Step 1: How to Repair Dell Laptop Keyboard Keys
Dell laptop keys are among the most frustrating keys to work with. However, it is possible to repair many problems at home. Most professional repairs involve replacing the entire keyboard, so it's worth taking a few minutes to identify possible alternatives. If your laptop is still under warranty, contact Dell customer support for a possible free or reduced price repair.
a Loose Key
Repairing a Loose Key Turn off your computer. Unplug it as well. Repairing a keyboard is not dangerous, but it's always a good idea to take these precautions before you repair a computer. Computers may freeze on account of any hardware or software issue, so here you need to understand the exact reason behind it. Notice if the issue started when you connected any hardware peripherals like a printer or scanner; then it might be due to a driver conflict. If the issue occurred after installing a new hard drive, then it might be due to insufficient power or too much heat. Follow the troubleshooting pattern below to repair your computer, if such problems occur.
Step3- Remove the key cap
Step 3 : Check the attachment points on the key The base of the key cap should have up to four attachment points, where the key clips onto the keyboard below. Look closely for signs of a broken attachment. Continue on to one of the steps below depending on what you see. If you're not sure, remove a functional key of the same size by gently levering out each corner with a screwdriver. Compare the attachment points on the two keys.
the attachment points on the key
Step4: Replace a broken key cap
If the attachment points are broken, you will need a new key. Purchase one online, making sure it matches your laptop model and the location of the attachment points. To put in the new key, hook one attachment point onto the keyboard, then rub your finger over the key until you hear two loud snaps, one at each end of the key. Alternatively, remove a key of the same size that you rarely use. Place it in the former key's position.
Step-5 Replace a broken key cap
Step-5 Fix the metal bar on large keys The space bar and â‡§ Shift keys are held flat by a metal bar. If this bar is not flat, you may need to re-attach it to the small plastic hooks on the keyboard. The bar should run along the lower end of the key, with the short arms of the bar running up the left and right sides and onto the hooks. Once the bar is reattached, press the key cap over it and test it. Once the bar is out of place, it often continues to have minor problems or gets a tendency to slip out of place again. Consider buying a replacement keyboard for your laptop, or having it repaired at a computer repair store. If you are installing a replacement for one of these keys, the replacement will come with its own bar. Remove the old bar first by gently levering it upward with a flat screwdriver.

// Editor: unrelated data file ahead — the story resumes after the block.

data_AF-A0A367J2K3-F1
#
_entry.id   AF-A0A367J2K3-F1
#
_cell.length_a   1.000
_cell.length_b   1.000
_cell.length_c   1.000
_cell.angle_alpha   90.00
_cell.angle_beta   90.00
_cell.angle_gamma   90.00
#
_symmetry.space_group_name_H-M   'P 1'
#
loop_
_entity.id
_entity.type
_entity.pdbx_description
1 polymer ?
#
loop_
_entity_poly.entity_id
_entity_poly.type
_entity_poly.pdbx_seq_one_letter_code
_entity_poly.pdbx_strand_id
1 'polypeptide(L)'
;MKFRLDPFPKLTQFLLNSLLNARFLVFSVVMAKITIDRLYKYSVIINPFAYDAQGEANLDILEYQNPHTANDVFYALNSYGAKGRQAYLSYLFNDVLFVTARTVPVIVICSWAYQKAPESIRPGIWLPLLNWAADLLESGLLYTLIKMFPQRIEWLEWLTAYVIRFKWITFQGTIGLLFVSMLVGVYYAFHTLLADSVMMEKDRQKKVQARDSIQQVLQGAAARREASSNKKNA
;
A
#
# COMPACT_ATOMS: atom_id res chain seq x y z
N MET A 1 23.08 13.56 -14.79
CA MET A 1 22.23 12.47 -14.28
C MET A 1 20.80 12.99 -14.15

Step-6 Fix the metal bar on large keys
Check for other problems
Loose keys are almost always caused by damage to the key cap itself, or the metal bar of large keys. If you're certain the key cap is in good condition, read the section on stuck keys below. This covers damage due to spills, broken retaining clips, or a damaged membrane.
Check for other problems
Inspect your Device Drivers Many times when doing a Windows Update, your system may download and install an incorrect driver, which may result in the computer freezing. You can check the status of drivers from Device Manager. Any devices with a yellow exclamation next to them are in an error state. Unplug any USB devices, if connected, and see if the error goes away. If so, that device is a problem. Power-on your computer and see if it works. If it does, good; otherwise you can restore your computer to an earlier configuration. System Restore will roll your system back to an earlier set of drivers.
Inspect your Device
Inspect your Device Laptop
If your computer has power (you see lights, hear fans spinning), but nothing on the screen, or if the computer starts to boot up and then crashes with a 'blue screen', there are several possible issues. NOTE: Any hardware changes must be done while computer is completely powered down and unplugged / battery removed!! Try Safe Mode - if your computer will boot into Safe Mode, it is a software related issue. Test Screen - If you hear the computer running, but see nothing on the screen, try swapping monitors or plugging in an external monitor for laptops. Test RAM - try carefully removing the ram and powering on. Most computers, when functioning properly, will give a long, repeating 'memory error' beep. Power off and replace the ram, one stick at a time, powering on when ram is properly seated. Test Video Card - if your computer has a removable video card, try removing it and either replacing it or plugging your monitor into the built-in video port if available. If none of these things work, you are likely looking at a failed hard drive, corrupted operating system or failed motherboard. It is best to seek professional services at this time.
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